Oil rate of a well for optimized strategies for a) RMc_{1}; b) RMc_{6}; c) RMc_{11}; and d) RMc_{12}. The brown line represents the reference case, the blue line is RMc, the green line is Rc, and red line refers to RMf. 
Fig. 11
Average absolute NQDS of all strategies. 
6 Effects of higher oil viscosity
The oil viscosity presented in this study is similar to that of the water, hence coupling effects are not expected to occur. However, as mentioned in the Introduction, the strong interaction between the heterogeneity and an unstable character of the fluid flow displacement can affect the upscaling. Thus, we performed the simulation runs changing the oil viscosity to a value a hundred times higher than the original case (∼100 cP), hence a more unstable flow is expected, and we wish to analyze how this impacts the upscaling.
Figure 12 shows that the strong correlation between the indicators (NPV for Fig. 12a and Np for Fig. 12b) of the strategies applied to the reference case and the indicators of strategies applied to model Rc is maintained, even with oil viscosity much higher than water viscosity.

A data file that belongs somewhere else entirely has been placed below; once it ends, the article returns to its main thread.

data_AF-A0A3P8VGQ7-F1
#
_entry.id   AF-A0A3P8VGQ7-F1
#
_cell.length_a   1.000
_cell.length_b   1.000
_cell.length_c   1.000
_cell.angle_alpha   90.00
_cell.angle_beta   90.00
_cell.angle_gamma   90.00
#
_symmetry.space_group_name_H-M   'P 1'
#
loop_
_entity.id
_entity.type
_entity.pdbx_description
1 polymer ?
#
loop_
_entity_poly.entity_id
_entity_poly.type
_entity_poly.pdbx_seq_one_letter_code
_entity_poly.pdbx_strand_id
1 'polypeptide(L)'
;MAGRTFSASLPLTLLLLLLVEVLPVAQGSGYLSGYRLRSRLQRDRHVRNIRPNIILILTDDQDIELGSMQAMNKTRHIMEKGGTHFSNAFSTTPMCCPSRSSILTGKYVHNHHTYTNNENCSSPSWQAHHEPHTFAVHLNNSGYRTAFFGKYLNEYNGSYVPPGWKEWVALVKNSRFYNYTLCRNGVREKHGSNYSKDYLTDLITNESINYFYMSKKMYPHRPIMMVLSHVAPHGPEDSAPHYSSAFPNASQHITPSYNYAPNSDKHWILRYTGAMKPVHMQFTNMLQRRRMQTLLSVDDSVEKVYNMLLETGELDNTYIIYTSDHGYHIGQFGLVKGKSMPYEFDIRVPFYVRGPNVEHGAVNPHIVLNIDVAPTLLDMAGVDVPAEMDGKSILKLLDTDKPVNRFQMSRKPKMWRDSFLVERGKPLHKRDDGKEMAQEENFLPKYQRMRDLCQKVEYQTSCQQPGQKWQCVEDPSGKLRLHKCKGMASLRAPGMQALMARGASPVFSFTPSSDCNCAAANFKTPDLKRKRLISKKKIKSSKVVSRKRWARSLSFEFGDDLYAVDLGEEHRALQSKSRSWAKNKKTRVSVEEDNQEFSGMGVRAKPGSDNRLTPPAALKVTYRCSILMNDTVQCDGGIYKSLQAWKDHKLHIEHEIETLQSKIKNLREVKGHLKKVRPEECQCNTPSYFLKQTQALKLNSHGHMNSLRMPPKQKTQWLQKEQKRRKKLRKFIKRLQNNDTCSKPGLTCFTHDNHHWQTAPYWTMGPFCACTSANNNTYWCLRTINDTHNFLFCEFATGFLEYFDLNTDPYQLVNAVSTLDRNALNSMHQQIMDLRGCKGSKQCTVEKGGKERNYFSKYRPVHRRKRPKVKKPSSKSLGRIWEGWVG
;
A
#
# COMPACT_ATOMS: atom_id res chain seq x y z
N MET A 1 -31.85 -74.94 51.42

Figure 13 shows the oil production over time for selected wells with different strategies simulated in different models. Similarly to the behavior shown in Figure 10, the curve in the model Rc is the closest to the reference case (Rf). Thus, even with very different viscosities between oil and water, the RM were more affected by uncertainty than upscaling, which is an indicative that coupling effects are not the main issue in this study case.
Fig. 12
Relationship between a) NPV_{Rc} x NPV_{Rf} and b) Np_{RMc} x Np_{Rf} and, considering oil viscosity of 100 cP. 
Fig. 13
Oil rate of a well for optimized strategies for a) RMc_{1} and b) RMc_{6}, considering oil viscosity of 100 cP. The brown line represents the reference case, the blue line is RMc, the green line is Rc, and red line refers to RMf. 
7 Conclusion
To understand the causes of biases presented by production forecasts of simulation models, our analysis focused on two sources of errors: uncertainties and upscaling. We used a reference case as the real response and a set of simulation models to include both effects. Moreover, we used a simulation model derived from the reference case to exclude the effects of the uncertainties, as well as a set of finescale models to exclude the effects of the upscaling.